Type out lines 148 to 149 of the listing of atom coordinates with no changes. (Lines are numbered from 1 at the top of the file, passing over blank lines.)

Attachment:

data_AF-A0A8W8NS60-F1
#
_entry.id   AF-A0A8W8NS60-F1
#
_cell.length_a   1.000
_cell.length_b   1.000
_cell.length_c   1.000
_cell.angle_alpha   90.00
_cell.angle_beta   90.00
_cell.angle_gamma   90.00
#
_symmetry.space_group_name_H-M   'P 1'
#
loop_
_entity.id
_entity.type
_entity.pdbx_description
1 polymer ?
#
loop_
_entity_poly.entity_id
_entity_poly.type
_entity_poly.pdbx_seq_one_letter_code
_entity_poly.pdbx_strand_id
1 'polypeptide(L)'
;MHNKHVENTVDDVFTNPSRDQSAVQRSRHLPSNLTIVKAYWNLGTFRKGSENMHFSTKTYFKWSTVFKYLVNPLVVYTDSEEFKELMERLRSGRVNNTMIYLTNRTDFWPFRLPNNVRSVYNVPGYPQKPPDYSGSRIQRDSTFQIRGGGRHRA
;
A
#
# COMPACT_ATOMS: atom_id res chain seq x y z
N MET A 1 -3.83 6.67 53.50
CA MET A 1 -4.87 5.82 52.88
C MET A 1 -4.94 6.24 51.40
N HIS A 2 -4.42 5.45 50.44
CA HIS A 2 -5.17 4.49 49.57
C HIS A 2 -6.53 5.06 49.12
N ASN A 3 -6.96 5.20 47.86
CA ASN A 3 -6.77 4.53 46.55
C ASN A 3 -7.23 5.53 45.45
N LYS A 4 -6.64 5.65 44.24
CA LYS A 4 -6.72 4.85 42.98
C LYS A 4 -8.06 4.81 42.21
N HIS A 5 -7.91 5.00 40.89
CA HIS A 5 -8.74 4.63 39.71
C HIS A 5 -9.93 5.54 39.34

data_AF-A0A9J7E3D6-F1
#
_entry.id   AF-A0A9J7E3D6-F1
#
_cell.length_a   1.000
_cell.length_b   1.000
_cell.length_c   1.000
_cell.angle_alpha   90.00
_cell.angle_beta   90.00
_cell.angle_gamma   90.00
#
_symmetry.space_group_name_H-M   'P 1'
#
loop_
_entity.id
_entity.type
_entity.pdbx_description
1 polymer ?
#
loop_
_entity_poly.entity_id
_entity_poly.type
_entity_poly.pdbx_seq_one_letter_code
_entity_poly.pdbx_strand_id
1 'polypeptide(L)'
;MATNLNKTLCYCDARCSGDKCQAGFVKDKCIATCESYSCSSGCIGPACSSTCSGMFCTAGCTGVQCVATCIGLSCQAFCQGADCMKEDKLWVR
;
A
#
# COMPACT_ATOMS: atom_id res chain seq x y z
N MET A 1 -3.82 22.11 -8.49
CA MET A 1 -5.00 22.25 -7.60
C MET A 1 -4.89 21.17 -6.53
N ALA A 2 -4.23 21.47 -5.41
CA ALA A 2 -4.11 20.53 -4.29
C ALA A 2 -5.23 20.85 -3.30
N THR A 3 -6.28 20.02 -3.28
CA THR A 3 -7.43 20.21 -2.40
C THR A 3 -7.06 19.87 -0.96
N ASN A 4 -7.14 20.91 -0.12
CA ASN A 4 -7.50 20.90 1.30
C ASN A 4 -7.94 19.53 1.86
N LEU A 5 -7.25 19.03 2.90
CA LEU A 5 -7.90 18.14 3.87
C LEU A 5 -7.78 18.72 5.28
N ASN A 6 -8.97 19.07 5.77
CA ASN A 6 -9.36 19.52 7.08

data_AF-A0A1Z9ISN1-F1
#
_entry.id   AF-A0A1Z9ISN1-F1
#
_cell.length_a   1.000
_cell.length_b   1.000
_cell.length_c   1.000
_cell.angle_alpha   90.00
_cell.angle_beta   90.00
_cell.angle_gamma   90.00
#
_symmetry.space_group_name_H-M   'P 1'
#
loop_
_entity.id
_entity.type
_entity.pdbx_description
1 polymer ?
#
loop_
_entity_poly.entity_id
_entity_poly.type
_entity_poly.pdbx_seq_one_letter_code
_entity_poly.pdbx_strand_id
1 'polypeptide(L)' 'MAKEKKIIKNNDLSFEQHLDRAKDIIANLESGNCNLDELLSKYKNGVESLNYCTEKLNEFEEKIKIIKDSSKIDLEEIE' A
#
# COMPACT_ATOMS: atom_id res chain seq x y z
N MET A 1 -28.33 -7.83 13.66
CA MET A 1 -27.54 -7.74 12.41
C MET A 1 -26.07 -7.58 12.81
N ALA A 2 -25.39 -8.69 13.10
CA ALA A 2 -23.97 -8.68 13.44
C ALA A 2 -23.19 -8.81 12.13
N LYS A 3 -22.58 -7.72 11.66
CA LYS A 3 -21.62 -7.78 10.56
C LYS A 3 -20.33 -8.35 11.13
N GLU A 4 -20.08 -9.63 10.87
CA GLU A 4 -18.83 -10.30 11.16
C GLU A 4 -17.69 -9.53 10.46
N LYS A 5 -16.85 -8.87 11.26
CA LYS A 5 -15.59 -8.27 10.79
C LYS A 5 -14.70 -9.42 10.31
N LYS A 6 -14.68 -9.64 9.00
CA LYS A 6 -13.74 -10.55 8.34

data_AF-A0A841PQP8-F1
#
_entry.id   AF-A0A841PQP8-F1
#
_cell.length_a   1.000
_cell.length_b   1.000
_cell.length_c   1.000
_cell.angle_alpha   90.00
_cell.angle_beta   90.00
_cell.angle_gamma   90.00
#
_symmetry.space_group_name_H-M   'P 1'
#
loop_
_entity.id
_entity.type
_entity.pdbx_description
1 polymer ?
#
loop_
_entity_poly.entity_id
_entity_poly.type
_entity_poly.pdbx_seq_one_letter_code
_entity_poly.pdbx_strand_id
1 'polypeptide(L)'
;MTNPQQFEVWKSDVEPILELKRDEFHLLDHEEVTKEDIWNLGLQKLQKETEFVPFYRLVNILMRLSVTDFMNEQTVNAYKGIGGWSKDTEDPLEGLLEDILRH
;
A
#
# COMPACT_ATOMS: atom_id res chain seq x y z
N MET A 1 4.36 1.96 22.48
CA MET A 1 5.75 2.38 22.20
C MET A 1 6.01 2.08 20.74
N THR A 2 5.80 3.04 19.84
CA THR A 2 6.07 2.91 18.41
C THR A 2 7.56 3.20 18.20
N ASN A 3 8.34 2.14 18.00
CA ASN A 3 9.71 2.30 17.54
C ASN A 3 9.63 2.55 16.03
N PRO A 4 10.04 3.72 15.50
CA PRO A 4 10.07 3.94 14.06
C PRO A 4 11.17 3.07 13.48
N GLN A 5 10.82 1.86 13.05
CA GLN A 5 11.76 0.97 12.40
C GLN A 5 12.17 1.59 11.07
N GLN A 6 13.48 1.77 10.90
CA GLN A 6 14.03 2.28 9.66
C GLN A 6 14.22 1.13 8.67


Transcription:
_symmetry.space_group_name_H-M   'P 1'
#